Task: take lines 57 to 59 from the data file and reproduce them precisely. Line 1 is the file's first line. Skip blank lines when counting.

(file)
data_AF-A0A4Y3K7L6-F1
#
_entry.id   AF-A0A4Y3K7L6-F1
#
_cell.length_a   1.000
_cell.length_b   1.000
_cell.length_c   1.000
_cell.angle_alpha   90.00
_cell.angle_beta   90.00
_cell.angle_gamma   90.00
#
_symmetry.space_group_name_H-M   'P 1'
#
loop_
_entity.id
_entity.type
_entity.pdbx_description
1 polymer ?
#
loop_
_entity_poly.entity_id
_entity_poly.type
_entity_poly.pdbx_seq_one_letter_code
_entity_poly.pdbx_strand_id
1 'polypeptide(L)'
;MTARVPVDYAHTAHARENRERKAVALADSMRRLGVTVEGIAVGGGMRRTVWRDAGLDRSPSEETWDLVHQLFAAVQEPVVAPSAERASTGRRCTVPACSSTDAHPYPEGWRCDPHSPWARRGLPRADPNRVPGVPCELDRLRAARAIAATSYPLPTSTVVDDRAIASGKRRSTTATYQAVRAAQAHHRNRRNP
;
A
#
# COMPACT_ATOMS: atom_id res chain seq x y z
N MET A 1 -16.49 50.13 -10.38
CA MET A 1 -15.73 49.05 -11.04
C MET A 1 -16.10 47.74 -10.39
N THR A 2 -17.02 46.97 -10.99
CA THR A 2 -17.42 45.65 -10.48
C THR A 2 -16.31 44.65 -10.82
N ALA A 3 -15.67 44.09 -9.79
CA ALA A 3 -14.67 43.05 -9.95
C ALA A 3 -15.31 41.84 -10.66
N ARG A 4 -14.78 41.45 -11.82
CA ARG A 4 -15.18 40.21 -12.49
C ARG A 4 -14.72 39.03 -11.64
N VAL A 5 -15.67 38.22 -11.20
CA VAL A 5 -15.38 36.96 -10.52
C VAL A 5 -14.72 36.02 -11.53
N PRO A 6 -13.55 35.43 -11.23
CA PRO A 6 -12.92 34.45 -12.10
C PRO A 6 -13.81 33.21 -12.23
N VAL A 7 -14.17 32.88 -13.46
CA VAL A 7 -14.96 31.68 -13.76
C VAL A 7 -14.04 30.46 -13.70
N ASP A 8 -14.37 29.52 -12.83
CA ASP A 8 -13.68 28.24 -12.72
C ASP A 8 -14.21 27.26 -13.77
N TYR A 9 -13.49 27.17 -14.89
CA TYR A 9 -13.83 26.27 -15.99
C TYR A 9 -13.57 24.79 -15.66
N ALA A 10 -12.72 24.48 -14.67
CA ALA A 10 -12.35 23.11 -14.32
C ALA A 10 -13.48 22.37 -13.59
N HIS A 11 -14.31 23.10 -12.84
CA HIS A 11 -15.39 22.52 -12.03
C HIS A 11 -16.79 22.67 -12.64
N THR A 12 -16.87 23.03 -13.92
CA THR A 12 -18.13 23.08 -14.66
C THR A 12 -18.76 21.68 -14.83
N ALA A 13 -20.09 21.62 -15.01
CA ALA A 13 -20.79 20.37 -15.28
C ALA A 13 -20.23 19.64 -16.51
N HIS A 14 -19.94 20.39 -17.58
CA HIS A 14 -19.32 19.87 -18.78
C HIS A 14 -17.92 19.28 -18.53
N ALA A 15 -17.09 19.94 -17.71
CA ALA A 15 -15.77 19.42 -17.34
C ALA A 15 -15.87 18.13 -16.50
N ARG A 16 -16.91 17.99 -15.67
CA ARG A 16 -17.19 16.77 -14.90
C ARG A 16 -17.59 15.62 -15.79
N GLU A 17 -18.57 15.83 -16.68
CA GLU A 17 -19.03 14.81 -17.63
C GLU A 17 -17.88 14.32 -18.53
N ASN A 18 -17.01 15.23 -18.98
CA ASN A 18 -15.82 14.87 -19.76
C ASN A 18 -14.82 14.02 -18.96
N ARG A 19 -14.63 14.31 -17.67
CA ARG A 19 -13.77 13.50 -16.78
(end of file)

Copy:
C TYR A 9 -13.57 24.79 -15.66
N ALA A 10 -12.72 24.48 -14.67
CA ALA A 10 -12.35 23.11 -14.32